Labour Party Conference 2023: When is Keir Starmer’s speech? Where is it? How can I watch it?
The 2023 Labour conference takes place this week and Sir Keir Stalmer’s party is expected to use the opportunity to clarify their agenda ahead of a possible general election next year. The four-day event, which many suspect will have a ‘record-breaking turnout’ from members, will see leading Labour figures delivering speeches about a range of key issues.
In 2022, the Labour Party Conference fell during the turmoil that unfolded following Liz Truss’ tumultuous premiership and the mini-budget announcement by her former chancellor Kwasi Kwarteng which was widely criticised as harmful to the UK economy.
Now, one year later as a general election looms over us, members are hopeful that Labour will outline future policies that can get the nation back on track.
Here is a general overview of what to expect from Labour’s conference in 2023 and how you can watch all the key speeches.
When is the Labour Party Conference 2023?
The Labour conference will take place from Sunday, October 8 to Wednesday, October 11.
Where is the conference this year?
Labour will hold their conference at ACC Liverpool on the city’s revered King’s Dock. The official address is ACC Liverpool Kings Dock, Liverpool Waterfront, Liverpool, Merseyside, L3 4FP.
When are the key speeches?
For the full events programme you can check out the Labour List website. According to iNews: “The full agenda is yet to be announced, but Sir Keir is expected to address the conference hall on Tuesday, at a time to be confirmed.
“Deputy leader Angela Rayner is set to speak at 11.25am on the opening day, while shadow chancellor Rachel Reeves will give her speech on Monday at 12 noon.”
How can I watch the Labour Party Conference?
If you want to catch the key speeches taking place at this year’s conference you can do so via Labour’s YouTube channel who will livestream them. They will also be available to watch back once they are finished.
What can we expect from the conference?
As Labour enjoys a double-digit poll lead ahead of the Tories, most suggest that the party will pose itself as the future of Britain ahead of the upcoming general election. Sir Keir should outline flagship policies that will sway the electorate to vote for his government.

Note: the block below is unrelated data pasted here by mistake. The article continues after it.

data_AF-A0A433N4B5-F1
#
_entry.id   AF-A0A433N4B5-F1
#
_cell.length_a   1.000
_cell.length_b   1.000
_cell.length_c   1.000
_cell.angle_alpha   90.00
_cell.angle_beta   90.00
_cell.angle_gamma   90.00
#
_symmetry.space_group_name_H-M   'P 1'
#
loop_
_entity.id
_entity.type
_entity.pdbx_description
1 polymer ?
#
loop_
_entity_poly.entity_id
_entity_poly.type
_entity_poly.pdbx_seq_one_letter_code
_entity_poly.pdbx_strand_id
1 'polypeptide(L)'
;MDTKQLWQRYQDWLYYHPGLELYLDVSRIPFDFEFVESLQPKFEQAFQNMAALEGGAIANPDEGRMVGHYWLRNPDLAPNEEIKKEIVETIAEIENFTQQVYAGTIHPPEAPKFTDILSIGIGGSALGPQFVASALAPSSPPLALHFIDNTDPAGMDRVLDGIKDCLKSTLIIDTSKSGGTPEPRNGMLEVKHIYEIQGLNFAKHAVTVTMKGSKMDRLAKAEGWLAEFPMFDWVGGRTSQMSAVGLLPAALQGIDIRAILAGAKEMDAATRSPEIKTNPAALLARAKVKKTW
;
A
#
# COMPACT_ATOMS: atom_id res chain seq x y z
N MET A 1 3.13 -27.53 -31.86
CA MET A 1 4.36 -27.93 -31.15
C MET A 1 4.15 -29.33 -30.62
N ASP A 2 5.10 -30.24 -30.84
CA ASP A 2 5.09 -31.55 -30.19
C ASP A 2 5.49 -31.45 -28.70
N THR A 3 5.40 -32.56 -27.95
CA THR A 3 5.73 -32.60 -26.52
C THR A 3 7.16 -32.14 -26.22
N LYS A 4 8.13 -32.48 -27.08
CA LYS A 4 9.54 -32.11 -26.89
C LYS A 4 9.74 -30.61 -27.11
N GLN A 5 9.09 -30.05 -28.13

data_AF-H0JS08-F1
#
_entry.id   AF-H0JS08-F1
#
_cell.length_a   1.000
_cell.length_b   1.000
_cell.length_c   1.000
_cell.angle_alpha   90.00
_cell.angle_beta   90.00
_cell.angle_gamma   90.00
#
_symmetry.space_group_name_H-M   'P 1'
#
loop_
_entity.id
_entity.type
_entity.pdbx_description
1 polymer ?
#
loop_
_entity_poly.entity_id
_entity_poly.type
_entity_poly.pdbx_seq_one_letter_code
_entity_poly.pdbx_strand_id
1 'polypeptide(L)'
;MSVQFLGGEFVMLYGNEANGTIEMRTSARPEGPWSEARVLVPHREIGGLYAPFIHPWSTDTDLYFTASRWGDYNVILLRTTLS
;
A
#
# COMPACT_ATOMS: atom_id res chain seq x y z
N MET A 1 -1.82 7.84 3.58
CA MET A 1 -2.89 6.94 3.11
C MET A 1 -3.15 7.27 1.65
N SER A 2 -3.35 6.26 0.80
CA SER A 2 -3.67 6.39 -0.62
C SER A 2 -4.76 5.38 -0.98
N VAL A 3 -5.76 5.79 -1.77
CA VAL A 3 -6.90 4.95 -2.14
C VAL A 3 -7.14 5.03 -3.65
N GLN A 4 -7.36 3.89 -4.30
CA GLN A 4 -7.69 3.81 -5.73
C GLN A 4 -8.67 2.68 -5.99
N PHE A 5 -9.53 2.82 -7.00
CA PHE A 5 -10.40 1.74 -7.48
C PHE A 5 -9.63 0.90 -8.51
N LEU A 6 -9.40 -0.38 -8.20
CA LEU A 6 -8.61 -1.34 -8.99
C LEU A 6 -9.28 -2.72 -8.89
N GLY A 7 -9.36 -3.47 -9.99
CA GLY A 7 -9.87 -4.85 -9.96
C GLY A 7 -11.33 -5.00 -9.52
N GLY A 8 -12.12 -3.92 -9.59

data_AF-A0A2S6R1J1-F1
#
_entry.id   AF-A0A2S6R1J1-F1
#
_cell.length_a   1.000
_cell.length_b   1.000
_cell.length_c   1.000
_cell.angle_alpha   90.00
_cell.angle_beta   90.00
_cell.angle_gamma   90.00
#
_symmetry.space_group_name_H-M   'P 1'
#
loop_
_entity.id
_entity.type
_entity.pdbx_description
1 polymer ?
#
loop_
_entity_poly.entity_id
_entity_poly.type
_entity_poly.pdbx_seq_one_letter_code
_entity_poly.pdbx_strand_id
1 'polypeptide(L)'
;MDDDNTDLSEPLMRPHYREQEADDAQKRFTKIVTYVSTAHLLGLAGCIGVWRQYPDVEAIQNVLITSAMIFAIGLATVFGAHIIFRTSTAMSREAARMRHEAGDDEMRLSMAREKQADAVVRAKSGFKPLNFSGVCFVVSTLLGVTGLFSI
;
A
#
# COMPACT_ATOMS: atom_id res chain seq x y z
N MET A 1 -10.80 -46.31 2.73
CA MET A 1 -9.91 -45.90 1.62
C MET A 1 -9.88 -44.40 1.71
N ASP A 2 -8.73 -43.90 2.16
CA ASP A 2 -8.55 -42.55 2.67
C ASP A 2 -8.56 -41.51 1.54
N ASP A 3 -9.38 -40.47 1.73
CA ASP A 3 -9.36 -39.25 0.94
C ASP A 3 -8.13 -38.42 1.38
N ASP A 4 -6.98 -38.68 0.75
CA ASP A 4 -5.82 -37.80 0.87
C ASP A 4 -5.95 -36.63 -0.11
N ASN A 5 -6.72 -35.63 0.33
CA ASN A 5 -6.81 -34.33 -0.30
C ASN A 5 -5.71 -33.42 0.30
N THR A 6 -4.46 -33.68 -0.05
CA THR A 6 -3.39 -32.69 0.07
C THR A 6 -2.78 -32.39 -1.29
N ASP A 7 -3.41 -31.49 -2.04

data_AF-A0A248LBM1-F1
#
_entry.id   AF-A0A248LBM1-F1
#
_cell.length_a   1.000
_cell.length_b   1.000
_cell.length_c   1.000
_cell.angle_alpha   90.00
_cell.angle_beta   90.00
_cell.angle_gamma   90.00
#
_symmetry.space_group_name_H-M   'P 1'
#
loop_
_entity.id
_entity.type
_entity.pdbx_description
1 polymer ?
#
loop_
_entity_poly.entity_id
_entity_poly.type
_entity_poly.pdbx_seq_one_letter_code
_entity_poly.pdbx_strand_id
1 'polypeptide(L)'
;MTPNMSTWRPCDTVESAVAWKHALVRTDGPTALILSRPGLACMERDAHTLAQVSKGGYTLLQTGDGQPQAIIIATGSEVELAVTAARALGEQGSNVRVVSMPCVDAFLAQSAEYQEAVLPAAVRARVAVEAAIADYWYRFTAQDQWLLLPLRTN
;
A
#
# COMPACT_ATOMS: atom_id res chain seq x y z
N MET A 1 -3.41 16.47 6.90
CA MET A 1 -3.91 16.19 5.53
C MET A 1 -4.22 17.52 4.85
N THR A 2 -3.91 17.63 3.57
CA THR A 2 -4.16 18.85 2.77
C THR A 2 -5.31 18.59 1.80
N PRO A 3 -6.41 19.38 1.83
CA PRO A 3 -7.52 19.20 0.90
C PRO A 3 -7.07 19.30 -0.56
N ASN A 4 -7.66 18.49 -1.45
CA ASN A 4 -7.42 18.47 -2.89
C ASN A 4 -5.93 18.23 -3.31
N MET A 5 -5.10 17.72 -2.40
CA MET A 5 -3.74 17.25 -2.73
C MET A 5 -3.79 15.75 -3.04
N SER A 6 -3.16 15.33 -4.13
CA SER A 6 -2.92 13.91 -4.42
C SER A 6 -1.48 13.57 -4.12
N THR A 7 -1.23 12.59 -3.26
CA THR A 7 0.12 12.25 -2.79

He will likely also address his tax hike for private school fees i.e., adding 20 per cent VAT that Labour estimates could raise £1.7 billion which in turn can be spent on raising standards of state schools. Speaking to Nick Robinson on the Political Thinking podcast with the BBC recently, Sir Keir said the United Kingdom needed to “do something about the appalling state of our schools.”
He said: “It is not an attack on private schools. It’s just saying an exemption you have had is going to go.
“The school doesn’t have to pass this on to the parents in fees. And each of the schools is going to have to ask themselves whether that’s what they want to do.
“I’m very comfortable with private schools but I want our state schools to be just as good, so it doesn’t matter whether you send your child to private school or to state school because you’ll get equal chances in life.”
In a widely criticised move, Labour pledged to recommit to the 2030 ban on new sales of petrol and diesel vehicles. Steve Reed, the Shadow Environment Secretary, said that the party would maintain the 2030 date as “that’s what businesses have been investing for” and how Britain will meet net zero.
Many doubt the ban will occur however and Prime Minister Rishi Sunak has already pushed back on it until 2035.
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